Another solution would be to drop all of this Good Friday lark and start behaving like a liberal European democracy. But that would be just mad in a 21st century society, wouldn’t it Ted?

Incidentally , drink will be on sale inside Thomond Park on the night of the match but not outside the ground. Try explaining that to Johnny Foreigner.

Meanwhile, from a sporting perspective, what fuckwit pencilled in this fixture – face it, if Munster and Leinster meet in tag rugby game at this stage they’ll be trying to murder each other – a week before both provinces are involved in crucial European Cup games?

Did above fuckwit imagine that Munster, who’ve qualified for the knockout stages of the European Cup for the last two thousand years, and defending European champions Leinster, would not reach the business end of the blue riband tournament of European club rugby?

Only in Ireland.

  16 Responses to “Munster’s Good Friday Rugby Game”

Comments (15) Pingbacks (1)
  1.  

    Will priests still be able to have a swig of the vino at mass before staggering out to the match? A great read Mr.Seconds.

  2.  

    Forget about Johnny Foreigner, will someone try explaining it to me!

    ::

  3.  

    The selling of alcohol on Good Friday and Christmas Day was first introduced in 1927.. 1927 FFS.. have we not progressed since then? – No Dougal, you live in Ireland.

  4.  

    Mr. Darwin, Buy us drink and we will explain – send, more, paramedics.

    Mr. Mule taker, is church wine non alcohol. etc etc?

    If Mr Sniffle is out there, ye better do the business for me tonight at OT. I’ve 20 on Utd at 8/11 to win,
    the price of 2.97 pints back.

  5.  

    On top of the pomposity that goes with sporting politics here we have this to contend with : http://www.limerickleader.ie/news/Watching-rugby-on-Good-Friday.6139819.jp.
    . So, not only are we cunts for wanting a tall frosty one to enjoy the game we are also doomed to hell for wanting to watch the game in the first place

  6.  

    Jesus Ronwan, if Jesus was alive he’d be out at the game, obviously singing the Fields.

  7.  

    I see those Franciscan maniacs think we’re all damned for going to the match

  8.  

    It’s my ball and I’m not playing!

  9.  

    It certainly wasn’t non alcoholic when I were a lad.Maybe it’s real blood these days.

  10.  

    You’re right seconds this anachronism should be done away with. What do people on do on Good Friday now? Have a fucking party!

    Oh, and I’m surprised the vintners haven’t threatened to boycott Bulmers / Magners / whatever the fuck it’s called as a result of this. That would get things changed.

    BTW which Celtic league fuckwit is responsible for this crap scheduling?

  11.  

    Oh Mr Out, how very dare you suggest that the Eton game by the wall could and should be played in Redemptorist limerick on the commemorative day of a crucifixion? And to suggest the Holy Thursday as a make weight where religion might be concede home advantage through the Agony in Gethsemane, well Mr. Out, your sedality credits are no longer.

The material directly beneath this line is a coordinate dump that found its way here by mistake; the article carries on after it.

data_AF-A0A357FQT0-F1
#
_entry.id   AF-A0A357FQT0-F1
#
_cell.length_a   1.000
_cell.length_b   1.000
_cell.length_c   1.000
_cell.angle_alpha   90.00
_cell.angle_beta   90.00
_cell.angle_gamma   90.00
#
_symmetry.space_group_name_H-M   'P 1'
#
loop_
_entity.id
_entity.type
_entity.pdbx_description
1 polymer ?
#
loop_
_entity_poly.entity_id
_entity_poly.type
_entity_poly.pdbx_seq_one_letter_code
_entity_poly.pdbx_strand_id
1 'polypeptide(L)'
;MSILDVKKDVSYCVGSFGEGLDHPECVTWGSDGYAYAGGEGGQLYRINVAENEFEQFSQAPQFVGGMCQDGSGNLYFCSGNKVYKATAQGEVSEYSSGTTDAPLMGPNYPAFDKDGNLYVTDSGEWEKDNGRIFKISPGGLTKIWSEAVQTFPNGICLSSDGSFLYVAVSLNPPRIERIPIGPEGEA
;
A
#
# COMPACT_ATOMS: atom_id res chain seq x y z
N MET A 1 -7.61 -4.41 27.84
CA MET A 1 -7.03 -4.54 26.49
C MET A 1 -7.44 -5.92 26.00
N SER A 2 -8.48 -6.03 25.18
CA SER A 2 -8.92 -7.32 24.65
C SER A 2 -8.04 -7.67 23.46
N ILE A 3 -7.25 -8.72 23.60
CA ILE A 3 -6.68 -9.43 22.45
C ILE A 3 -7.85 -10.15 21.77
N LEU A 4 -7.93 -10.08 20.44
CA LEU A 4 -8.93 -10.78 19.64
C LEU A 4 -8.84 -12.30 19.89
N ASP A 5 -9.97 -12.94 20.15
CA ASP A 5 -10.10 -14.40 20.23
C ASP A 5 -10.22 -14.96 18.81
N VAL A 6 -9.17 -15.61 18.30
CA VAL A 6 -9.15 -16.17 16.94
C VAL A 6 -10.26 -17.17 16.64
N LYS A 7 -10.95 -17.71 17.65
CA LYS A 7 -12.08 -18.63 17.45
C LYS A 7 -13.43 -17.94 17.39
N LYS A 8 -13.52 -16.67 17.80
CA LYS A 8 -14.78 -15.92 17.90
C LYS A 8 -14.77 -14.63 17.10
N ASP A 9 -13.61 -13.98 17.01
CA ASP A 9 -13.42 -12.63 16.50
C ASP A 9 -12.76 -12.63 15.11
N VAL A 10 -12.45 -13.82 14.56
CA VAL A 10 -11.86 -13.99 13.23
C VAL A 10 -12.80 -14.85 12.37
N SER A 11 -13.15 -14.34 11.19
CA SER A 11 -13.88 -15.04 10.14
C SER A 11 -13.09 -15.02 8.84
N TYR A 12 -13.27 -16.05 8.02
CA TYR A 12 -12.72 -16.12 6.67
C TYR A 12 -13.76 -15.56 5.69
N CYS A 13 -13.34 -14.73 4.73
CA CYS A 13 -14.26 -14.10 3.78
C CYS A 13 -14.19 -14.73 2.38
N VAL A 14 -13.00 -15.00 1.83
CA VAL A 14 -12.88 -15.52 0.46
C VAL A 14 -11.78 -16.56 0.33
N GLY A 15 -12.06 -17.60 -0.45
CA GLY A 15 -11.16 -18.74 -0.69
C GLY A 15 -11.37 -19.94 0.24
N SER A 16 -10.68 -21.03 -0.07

Folks, it’s science, it’s fact, it’s real, as real as the truth on the net, players fumble more balls on holy days, miss more tackles and generally fuck up more things than on normal non-religious days. Case in point is that bollix Michael Jones, the cunt refused to play on his Sabbath cause he knew this too, and deprived the all blacks many more days success.

    And if you needed another, well I was forced to play badly on Sundays in junior matches and what happened to me? No international honors. ( It’s all about me )

    People , listen please, rugby is not meant to be played on Good Fridays, too much bad karma and wissibidoes flying around causing unforced errors and Tracy Piggott to wobble more.
    Nothing should happen on Good Fridays, absolutely nothing. If you’re bored, stare at the sun and have a holy hallucination. Thirsty? Drink cold tea. Hungry? Two, only, collations (check it) and if you should be lucky and wake on a horn, well deny yourself this Christmas luxury in Easter, cause you got nothing to play with from Santa.

    Mr. Out, Wayne now heads the ball like Mick Jagger used to sing Satisfaction, with elegance, purpose and much sexual desire. Wayne Rooney should never head the ball on Good Friday, we would all go to hell.

  12.  

    And the article was excellent

  13.  

    Brilliantyly put as always Mr Sniffle, and I noticed that a lot of the fans at OT were wearing green and yellow scarfs tonight in recognition of Newton Heath and in protest at the Glaciers. They won me the price of a few also, God bless them.

    I’m not 100% who was responsible for this Mark – 90% sure it was the Celtic League crowd – but Good Friday is nonsense in above regard. Everyone goes to work on that day anyway, but no one can have a drink in a bar. Madness.

  14.  

    So the immediate issue is the ban on the sale of alcohol.

    Quick. Someone run off a 100,000 ‘coupon’ books. Pre-pay for your pints before the day itself. If there’s no actual money involved it can’t be a sale.

    Not ideal I know but until the constitution (and a few bishops for good measure) are put to the flame it’ll have to do.

  15.  

    Coupons…Good idea HQ.

    Incidentally, I was reminded last night that when JP2 visited Limerick back in 1979, the pubs were allowed to stay open throughout the night, yep, no bother then serving drink around the clock and beyond dawn once we had the hierarchys top brass with sequins calling in for a prayer session.

    Wonder would the Monks of Monaster-Moyross have picketed the saloons back then?